The Monetary Authority of Singapore (MAS) has published updated guidance for entities that seek to conduct initial coin offerings (ICOs) in the Lion City.
The updated document, published on 14 November 2018 entitled "A guide to digital token offerings", provides general guidance on the application of securities laws administered by MAS in respect of offers or issues of digital tokens in Singapore.
The guide is not intended to be exhaustive, has "no legal effect" and does not modify or supersede existing laws; it does, however, provide clarity on the MAS position on a major market.
In August 2017, MAS clarified that digital tokens considered as securities should follow the same laws as shares, debentures, business trust units and securities-based derivative contracts.
As flagged in its earlier guidance, in November 2018, MAS introduced the new Payment Services Bill (PSB) in Parliament – the PSB will see dealings in digital currency further brought within the scope of MAS's regulatory purview, as well as anti-money laundering and counter terrorism financing (AML/CFT) regulation, imposing obligations on those dealing in digital currency in this regard.
Anti-money laundering and counter-terrorism financing
MAS has made its position clear in its guidance: dealings in digital tokens are not immune from AML/CFT requirements.
Dealings related to digital tokens will be regulated under the PSB and appropriate AML/CFT policies, procedures and controls need to be put into place and implemented.
Intermediaries are subject to these obligations too, the guidance confirms.
An "intermediary" can include almost anyone engaged in activities related to ICOs – including token issuers, exchange platforms and financial advisers.
ICO issuers must obtain a capital markets services license, financial advisers must get a financial advisory license and digital asset exchanges must be approved or recognised by MAS.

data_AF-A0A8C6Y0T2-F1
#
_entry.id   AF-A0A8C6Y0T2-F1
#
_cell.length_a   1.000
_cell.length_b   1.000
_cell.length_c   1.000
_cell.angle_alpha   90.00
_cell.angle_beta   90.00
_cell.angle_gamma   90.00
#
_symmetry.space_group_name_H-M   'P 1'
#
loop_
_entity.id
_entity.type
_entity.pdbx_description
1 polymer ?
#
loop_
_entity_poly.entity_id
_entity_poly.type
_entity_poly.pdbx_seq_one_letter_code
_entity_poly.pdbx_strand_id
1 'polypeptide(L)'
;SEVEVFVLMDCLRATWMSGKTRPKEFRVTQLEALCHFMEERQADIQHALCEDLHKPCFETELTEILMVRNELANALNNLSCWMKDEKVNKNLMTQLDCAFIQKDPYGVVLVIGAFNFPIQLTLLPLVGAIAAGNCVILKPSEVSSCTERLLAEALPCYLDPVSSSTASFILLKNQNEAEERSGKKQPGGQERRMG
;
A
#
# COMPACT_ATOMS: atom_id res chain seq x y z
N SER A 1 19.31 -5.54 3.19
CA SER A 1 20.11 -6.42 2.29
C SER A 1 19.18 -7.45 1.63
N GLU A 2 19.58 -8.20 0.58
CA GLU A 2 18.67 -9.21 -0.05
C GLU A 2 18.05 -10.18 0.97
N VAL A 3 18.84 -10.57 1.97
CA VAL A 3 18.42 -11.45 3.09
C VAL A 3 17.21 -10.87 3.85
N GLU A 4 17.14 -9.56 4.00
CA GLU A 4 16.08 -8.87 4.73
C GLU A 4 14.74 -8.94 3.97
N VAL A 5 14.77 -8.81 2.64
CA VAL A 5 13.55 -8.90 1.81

Intermediaries that operate overseas still need to take heed of this guidance; the same rules will apply even where intermediaries are not based, or only partly based, in Singapore.
MAS recommend that intermediaries should:
- examine and assess their own money laundering and terrorism financing risks;
- introduce and implement appropriate policies, procedures and controls – noting the importance of "customer due diligence and transaction monitoring, reporting suspicious transactions and record keeping"; and
- where higher risks of money laundering and terrorism-financing risks are identified, adopt "enhanced measures" so as to address this.
The guidance notes that even where dealings in digital tokens remain outside of the scope of MAS review, other statutory obligations will likely still apply – including obligations to report to the police suspicious transactions as well as refraining from engaging in business with entities that have been designated as having links to terrorism under the relevant legislation, including the Terrorism (Suppression of Financing) Act (Cap 325).
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